Press Release

What CVS And Amazon Know: Investing In Upskilling Works For Employees And Businesses

When the COVID-19 pandemic struck, Donovan Taylor was an information technology consultant in Albuquerque, New Mexico, who had grown tired of hustling for contracts and wanted something stable. He landed a job at an Amazon warehouse but hoped for more. His goal? “Taking a step back, educating myself, and then moving forward.”

Amazon faced a big challenge of its own: hiring enough equipment maintenance technicians to support the type of warehouses that Taylor was working in.

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Amazon partnered with Unmudl to create a training program for mechatronics workers. Two years in, Amazon is filling these jobs and experiencing higher productivity and lower turnover. RUSTY RUTHERFORD

It was an all-too-common situation. Seventy-five percent of employers globally reported difficulty filling roles, more than double the percentage a decade ago, according to Manpower Group. And yet, there are millions of workers, like Taylor, who are already on the job but want to advance.

Employer-backed talent development programs are a solution to this dilemma. Facilitating employees’ lifelong learning will build long-term relationships with individuals who have the desire and aptitude to find new ways to bring value to the organizations for which they work.

Two organizations, Unmudl and Escalate, demonstrate how quickly this approach can bear fruit for both companies and workers.

Unmudl: Every Learner Gets a Job. Every Company Has Talent to Grow.

In a rapidly evolving economy, organizations cannot afford to make their employees choose between work and learning. Programs like Unmudl make it easier for workers to add new skills to their toolbox without sacrificing their day job.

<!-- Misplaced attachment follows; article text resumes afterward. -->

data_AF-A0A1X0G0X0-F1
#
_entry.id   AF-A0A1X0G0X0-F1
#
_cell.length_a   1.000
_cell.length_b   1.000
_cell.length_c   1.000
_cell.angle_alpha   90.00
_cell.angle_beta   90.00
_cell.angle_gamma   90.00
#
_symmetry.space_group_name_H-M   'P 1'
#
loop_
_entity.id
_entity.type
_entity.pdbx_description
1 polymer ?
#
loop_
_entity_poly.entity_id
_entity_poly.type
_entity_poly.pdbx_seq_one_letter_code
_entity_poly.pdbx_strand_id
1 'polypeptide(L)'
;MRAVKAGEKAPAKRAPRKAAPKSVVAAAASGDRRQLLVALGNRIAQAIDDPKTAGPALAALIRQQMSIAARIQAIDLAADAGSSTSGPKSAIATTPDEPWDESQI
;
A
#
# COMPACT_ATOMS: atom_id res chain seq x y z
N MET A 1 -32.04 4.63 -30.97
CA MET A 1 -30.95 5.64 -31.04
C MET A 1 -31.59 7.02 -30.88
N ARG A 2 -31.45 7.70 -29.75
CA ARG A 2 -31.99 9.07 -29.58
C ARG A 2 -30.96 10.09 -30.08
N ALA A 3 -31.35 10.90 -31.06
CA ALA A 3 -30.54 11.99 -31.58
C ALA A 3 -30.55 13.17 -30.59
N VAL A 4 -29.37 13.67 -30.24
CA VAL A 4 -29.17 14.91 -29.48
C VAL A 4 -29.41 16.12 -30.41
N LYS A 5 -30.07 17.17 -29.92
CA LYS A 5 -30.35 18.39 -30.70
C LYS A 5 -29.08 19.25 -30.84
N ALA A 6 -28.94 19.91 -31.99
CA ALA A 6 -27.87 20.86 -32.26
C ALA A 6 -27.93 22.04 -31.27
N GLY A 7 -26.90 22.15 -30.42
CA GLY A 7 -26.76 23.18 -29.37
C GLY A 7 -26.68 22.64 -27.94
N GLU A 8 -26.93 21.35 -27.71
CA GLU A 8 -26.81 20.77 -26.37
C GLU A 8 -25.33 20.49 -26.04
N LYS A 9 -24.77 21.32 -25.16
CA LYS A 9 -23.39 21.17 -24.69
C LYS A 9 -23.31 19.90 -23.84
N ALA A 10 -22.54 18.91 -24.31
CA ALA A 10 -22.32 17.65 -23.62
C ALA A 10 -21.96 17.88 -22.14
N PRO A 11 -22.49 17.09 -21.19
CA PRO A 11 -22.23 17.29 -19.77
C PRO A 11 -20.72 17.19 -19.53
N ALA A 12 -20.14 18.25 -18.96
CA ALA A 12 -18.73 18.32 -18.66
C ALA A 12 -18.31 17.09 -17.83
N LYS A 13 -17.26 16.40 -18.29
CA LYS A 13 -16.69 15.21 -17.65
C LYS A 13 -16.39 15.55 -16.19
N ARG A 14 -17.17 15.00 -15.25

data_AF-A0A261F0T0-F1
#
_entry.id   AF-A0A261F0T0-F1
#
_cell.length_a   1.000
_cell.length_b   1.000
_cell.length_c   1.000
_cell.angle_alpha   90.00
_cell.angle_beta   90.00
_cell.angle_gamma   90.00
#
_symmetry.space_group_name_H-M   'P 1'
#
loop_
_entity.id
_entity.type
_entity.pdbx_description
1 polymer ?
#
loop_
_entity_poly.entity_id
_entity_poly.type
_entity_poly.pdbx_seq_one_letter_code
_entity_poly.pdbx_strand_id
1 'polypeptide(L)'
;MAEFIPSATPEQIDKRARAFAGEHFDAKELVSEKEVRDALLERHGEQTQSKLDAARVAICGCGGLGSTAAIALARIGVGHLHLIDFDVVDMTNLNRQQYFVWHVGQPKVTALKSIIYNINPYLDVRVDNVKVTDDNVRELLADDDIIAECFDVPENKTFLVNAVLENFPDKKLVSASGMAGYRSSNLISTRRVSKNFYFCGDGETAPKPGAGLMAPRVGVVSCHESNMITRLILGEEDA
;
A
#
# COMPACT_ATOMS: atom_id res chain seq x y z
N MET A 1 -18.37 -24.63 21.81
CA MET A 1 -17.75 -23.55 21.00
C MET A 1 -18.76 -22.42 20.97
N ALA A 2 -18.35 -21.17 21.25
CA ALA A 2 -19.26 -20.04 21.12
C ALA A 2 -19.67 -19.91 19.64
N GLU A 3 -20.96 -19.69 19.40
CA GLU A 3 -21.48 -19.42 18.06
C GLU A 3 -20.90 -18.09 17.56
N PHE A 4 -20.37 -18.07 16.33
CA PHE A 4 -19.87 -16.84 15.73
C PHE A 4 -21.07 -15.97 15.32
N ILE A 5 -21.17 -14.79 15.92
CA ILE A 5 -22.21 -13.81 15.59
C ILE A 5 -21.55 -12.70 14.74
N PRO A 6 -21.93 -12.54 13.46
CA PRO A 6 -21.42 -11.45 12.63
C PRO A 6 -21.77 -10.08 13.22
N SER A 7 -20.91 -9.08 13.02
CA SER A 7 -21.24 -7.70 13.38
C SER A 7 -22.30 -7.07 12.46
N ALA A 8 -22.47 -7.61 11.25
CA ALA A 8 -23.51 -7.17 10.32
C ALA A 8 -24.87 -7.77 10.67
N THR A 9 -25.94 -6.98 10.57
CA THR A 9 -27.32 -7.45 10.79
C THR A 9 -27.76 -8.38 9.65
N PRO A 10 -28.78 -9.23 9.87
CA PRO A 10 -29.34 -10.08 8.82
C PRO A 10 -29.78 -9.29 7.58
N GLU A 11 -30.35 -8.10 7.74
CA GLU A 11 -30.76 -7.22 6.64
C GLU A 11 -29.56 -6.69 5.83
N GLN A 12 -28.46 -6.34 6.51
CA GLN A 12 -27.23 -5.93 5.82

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An IT consultant who was looking for new ways to contribute at work, Donovan Taylor enrolled in Unmudl’s training program with Amazon and will soon start a new career in mechatronics and robotics. COURTESY OF CATHERINE JONES

Taylor heard about a course offered by Unmudl from friends in Amazon’s Reliability Maintenance Engineering department. He signed up, finished the course, and today is enrolled in Amazon’s Mechatronics and Robotics Apprenticeship with a guarantee of a new job when he completes the program in June.

Unmudl is a pioneering skills-to-jobs marketplace that launched in 2019. In late 2021, it partnered with Amazon to create the customized 10-12-week online course, called “Introduction to Mechatronics for Equipment Maintenance,” that Taylor took.

Unmudl is the brainchild of Parminder K. Jassal.

Her idea for the company goes back to her years attending Southwestern Community College in Creston, Iowa. That is where she discovered the plight of “working learners,” individuals who were holding down jobs while going to school or while trying to forge a path toward advancement. Raised in India, Jassal had enrolled in the Iowa college to improve her English language skills and quickly learned how indispensable these institutions are. “If it wasn’t for the community college, I wouldn’t have a career,” she says. “In fact, most people who attend wouldn’t have a career today.”

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Parminder K. Jassal is founder of Unmudl, a pioneering skills-to-jobs marketplace created in 2019 to train workers for jobs that are difficult to fill. COURTESY OF PARMINDER K JASSAL